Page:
The municipal elections of April 14, 1931 were followed by a drastic change in the political panorama of Spain. The Republicans won a majority, an unmmistakable writing on the wall for the military government. The king fled, the monarchy disintegrated, the republic was victorious. All this in one day and without bloodshed.
burning of religious buildings in May 1931. He controversially remarked that burning of “all the convents in Spain was not worth the life of a single Republican”.
28 June 1931. The Left triumphs in elections
Elections to a constituent Cortes in June 1931 returned a large majority of Republicans and Socialists, with the PSOE gaining 116 seats and Lerroux’s Radical Party 94. It was controlled by a Republican-Socialist coalition, members of which had differing objectives. Some more conservative parts believed the removal of the monarchy was itself, the Socialists and leftist Republicans demand much wider reforms. Socialist ambitions were restrained, however.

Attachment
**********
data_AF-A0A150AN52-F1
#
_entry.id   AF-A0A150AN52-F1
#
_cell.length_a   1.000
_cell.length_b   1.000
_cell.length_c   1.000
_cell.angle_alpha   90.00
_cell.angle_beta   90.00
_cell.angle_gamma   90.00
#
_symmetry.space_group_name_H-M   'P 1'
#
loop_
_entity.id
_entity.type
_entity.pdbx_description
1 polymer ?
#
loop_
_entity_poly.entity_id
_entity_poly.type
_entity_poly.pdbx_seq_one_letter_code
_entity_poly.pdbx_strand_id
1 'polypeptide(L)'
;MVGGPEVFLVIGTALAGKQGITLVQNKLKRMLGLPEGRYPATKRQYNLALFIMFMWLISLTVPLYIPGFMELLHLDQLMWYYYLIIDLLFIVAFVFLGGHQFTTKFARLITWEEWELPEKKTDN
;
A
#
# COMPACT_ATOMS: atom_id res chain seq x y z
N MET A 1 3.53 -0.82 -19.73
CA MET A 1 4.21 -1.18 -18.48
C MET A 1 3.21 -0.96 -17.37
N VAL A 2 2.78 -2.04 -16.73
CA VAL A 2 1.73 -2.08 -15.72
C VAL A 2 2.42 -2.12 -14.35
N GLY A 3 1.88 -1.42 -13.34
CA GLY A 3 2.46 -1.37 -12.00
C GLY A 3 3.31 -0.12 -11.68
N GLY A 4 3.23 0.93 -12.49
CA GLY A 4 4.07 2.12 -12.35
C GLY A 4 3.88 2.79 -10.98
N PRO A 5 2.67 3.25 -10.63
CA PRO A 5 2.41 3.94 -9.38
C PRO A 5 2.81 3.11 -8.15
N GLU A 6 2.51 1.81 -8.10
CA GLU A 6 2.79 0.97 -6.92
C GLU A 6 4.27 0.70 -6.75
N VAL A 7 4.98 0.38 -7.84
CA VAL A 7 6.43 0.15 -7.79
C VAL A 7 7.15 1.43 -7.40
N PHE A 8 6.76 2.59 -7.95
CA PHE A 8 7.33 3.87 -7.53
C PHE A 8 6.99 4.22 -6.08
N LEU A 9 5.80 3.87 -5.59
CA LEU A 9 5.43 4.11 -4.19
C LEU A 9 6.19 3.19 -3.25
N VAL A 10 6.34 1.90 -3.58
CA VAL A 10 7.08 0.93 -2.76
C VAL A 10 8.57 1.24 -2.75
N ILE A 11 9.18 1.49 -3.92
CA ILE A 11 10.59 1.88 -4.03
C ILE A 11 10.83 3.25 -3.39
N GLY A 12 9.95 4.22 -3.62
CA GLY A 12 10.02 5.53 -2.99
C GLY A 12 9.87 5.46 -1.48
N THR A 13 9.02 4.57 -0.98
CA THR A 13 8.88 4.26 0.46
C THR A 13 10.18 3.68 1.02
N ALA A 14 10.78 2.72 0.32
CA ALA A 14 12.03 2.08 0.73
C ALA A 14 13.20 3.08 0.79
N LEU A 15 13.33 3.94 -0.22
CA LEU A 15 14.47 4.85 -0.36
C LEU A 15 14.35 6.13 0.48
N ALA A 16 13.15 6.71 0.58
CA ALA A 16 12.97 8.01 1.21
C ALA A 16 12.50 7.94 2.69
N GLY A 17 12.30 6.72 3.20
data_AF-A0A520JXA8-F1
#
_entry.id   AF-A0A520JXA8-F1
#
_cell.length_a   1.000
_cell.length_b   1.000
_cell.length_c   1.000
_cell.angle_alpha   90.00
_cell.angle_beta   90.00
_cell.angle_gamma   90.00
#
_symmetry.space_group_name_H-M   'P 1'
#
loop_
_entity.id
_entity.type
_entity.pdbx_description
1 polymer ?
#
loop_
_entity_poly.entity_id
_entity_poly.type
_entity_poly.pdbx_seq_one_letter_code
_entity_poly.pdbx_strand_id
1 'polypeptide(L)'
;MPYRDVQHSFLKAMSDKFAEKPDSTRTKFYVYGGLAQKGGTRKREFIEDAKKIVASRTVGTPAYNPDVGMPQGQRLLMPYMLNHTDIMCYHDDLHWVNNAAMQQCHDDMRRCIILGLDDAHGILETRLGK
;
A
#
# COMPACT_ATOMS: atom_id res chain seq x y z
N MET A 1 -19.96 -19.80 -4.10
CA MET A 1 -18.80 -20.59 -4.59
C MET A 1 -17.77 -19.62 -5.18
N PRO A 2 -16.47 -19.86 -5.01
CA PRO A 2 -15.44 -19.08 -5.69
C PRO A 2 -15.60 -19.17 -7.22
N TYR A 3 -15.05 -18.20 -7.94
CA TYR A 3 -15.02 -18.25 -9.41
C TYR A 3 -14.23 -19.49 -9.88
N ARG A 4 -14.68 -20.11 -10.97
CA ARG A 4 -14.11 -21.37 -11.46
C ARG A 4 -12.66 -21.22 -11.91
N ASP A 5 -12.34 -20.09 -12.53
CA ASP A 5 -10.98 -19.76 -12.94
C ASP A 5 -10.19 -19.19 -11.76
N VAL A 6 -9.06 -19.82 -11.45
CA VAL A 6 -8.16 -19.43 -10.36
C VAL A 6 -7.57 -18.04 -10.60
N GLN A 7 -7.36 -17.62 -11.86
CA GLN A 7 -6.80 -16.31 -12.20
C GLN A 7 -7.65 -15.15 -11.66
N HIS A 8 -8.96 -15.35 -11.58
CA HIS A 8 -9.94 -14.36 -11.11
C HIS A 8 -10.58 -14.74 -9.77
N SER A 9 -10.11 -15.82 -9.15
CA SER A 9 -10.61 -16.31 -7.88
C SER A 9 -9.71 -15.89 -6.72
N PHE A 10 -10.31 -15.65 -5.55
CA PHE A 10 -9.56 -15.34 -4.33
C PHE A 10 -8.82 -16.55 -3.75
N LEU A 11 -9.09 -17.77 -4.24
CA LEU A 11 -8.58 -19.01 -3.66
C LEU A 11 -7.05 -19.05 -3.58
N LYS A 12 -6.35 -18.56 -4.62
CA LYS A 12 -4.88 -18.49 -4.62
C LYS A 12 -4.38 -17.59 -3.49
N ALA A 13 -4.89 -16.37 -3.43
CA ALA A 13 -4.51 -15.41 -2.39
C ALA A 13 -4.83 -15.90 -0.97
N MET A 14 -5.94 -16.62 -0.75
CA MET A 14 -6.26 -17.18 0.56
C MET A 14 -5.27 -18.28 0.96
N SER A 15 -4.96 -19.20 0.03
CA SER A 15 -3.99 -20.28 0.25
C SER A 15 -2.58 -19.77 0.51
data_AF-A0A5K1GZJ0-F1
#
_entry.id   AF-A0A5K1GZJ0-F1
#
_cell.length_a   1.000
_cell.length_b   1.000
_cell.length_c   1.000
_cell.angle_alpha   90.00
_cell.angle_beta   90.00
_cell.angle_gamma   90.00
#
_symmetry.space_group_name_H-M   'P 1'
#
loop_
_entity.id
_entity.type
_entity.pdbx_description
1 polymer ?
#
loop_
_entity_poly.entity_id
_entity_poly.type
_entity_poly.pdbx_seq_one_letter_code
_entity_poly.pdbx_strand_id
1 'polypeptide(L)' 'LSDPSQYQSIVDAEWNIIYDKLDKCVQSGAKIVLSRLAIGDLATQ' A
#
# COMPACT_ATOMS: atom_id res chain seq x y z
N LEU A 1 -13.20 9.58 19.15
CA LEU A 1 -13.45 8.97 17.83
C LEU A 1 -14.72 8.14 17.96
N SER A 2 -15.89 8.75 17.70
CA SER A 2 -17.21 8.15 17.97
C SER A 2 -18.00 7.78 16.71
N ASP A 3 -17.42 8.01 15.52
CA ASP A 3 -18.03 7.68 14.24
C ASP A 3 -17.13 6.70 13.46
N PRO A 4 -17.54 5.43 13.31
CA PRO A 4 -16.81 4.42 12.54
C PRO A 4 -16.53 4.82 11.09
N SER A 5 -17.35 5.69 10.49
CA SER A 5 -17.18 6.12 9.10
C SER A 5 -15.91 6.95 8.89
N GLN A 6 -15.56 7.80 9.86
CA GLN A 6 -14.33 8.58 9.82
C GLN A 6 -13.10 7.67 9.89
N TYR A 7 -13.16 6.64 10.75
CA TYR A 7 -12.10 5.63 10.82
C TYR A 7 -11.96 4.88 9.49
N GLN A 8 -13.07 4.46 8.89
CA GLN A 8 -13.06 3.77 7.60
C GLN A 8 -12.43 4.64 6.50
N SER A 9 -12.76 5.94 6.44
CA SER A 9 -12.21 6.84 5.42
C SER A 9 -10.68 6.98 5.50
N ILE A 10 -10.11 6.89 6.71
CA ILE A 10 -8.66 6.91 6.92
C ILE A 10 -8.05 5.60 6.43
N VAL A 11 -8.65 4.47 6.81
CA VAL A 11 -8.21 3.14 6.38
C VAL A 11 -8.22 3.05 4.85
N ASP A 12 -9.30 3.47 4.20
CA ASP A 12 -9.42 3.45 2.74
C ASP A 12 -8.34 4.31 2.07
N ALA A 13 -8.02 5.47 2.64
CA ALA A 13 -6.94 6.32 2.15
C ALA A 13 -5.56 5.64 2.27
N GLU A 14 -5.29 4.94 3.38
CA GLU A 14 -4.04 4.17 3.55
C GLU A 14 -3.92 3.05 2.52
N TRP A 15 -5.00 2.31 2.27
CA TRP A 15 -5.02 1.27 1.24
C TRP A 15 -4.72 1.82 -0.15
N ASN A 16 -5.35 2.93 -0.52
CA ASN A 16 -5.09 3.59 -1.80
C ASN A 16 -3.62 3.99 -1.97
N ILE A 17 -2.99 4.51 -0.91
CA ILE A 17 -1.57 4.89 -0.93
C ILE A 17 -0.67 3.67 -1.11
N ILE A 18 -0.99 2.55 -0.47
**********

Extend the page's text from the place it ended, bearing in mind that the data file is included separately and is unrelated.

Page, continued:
16th October 1931, Azaña replaced Niceto Alcala Zamora as prime minister. With the support of the Socialist Party (PSOE) he attempted to introduce agrarian reform and regional autonomy. However, these measures were blocked in the Cortes.
December 9, 1931, a new constitution, the Spanish Constitution of 1931, was declared. After a first constitutional draft prepared by Ángel Ossorio y Gallardo and others was rejected, a much more daring text creating a ‘democratic republic of workers of every class’, replaced it. It included large reforms, and was liberal and democratic and nature, and welcomed by the Republican-Socialist coalition. It appalled landowners, industrialists, the organised church, and army officers